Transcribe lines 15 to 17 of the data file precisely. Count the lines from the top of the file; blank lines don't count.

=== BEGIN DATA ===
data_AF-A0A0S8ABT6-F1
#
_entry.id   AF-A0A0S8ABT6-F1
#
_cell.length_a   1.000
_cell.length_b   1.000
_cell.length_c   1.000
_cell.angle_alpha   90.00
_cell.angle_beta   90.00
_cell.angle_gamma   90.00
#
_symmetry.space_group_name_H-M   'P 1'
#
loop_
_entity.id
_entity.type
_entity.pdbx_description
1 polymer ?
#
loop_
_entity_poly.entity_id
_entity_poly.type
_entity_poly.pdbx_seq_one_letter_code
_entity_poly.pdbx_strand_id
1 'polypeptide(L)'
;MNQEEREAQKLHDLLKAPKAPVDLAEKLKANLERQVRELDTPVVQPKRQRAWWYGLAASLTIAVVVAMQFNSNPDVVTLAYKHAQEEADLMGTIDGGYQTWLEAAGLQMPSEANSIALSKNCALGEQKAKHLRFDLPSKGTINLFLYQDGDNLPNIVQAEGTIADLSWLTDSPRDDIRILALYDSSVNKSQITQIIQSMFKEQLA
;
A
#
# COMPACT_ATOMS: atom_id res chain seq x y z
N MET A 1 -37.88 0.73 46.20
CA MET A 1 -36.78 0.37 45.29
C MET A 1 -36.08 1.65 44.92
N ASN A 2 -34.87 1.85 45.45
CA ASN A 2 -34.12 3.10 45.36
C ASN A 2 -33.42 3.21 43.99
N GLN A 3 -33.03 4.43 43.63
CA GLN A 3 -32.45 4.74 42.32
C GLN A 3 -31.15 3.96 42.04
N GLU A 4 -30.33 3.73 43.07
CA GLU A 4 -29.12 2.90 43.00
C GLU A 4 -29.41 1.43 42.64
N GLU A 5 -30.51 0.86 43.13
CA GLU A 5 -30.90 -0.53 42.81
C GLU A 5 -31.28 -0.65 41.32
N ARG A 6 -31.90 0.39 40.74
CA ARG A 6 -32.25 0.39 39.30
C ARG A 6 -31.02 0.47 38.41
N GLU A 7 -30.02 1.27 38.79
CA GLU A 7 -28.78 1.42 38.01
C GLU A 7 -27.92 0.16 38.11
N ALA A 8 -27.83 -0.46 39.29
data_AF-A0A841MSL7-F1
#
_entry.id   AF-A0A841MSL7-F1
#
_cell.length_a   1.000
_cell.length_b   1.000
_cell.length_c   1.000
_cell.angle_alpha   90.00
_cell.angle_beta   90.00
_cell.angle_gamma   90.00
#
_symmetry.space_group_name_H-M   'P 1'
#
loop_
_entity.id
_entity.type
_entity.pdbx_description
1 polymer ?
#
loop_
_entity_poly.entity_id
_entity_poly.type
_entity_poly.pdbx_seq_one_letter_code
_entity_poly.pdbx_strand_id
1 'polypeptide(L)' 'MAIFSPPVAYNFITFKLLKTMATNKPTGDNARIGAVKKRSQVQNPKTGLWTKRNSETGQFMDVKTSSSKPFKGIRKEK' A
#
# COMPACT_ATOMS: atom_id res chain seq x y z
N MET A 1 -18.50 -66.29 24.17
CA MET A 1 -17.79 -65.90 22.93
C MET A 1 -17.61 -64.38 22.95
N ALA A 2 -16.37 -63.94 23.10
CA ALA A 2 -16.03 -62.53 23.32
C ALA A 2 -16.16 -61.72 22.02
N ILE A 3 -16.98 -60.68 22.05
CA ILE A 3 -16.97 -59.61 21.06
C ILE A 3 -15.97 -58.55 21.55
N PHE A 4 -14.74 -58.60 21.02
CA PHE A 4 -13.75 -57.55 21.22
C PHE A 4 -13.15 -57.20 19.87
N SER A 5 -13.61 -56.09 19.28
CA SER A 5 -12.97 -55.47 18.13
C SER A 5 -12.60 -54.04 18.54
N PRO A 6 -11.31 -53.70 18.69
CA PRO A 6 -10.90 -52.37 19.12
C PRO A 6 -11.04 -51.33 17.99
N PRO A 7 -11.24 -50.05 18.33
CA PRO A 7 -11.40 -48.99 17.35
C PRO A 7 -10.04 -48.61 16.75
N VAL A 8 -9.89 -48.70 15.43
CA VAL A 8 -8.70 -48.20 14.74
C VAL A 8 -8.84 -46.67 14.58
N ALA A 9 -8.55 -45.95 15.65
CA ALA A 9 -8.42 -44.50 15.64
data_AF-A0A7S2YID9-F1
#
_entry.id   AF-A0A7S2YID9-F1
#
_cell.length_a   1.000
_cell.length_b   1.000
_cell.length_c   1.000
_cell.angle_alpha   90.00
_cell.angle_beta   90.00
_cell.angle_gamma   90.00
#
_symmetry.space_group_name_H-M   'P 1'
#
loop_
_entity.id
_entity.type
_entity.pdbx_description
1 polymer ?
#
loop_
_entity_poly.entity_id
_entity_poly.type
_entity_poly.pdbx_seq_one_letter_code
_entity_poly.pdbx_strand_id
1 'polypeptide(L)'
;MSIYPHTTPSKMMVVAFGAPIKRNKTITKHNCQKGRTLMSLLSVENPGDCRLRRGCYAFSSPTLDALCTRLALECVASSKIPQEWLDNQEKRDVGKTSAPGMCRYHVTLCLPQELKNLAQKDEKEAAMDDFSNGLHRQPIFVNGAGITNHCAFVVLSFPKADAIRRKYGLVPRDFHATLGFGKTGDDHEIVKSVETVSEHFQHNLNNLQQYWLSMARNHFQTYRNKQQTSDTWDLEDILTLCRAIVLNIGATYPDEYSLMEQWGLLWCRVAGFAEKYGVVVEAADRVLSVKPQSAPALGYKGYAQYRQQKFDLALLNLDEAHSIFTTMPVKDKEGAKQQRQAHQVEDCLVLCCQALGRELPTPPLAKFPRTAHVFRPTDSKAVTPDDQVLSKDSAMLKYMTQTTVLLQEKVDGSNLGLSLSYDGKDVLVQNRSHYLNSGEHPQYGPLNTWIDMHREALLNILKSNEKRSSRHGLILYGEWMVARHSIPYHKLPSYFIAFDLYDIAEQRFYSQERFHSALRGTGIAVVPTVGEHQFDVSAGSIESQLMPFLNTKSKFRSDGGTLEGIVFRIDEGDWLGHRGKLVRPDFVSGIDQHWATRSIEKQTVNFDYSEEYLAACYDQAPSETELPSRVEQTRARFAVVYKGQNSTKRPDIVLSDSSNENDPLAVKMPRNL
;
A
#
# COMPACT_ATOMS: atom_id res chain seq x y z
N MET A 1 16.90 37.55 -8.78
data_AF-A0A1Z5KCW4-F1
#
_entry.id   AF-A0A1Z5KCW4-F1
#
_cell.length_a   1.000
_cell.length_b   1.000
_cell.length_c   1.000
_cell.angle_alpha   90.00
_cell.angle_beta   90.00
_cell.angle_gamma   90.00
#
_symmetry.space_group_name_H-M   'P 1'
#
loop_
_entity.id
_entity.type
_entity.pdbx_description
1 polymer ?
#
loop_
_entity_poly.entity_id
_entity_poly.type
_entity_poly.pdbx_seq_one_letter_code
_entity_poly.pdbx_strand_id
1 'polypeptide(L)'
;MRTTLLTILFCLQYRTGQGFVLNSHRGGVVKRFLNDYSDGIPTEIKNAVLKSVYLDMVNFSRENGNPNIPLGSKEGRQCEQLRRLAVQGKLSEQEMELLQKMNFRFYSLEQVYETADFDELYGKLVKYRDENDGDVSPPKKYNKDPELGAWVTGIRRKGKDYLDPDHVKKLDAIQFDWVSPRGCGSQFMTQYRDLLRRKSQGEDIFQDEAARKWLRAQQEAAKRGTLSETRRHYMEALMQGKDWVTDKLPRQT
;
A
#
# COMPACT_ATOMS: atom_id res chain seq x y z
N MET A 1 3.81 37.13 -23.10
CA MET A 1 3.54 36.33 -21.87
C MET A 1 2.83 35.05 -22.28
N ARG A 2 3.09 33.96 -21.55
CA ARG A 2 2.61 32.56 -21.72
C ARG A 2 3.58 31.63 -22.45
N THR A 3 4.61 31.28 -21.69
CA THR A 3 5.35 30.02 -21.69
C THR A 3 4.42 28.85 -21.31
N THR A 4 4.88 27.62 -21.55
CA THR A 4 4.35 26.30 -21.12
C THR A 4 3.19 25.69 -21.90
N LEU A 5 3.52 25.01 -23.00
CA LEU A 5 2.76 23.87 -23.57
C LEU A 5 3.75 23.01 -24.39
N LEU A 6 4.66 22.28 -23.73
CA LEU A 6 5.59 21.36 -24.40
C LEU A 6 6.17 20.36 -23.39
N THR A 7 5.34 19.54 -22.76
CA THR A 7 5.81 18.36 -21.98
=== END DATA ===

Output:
_entity.id
_entity.type
_entity.pdbx_description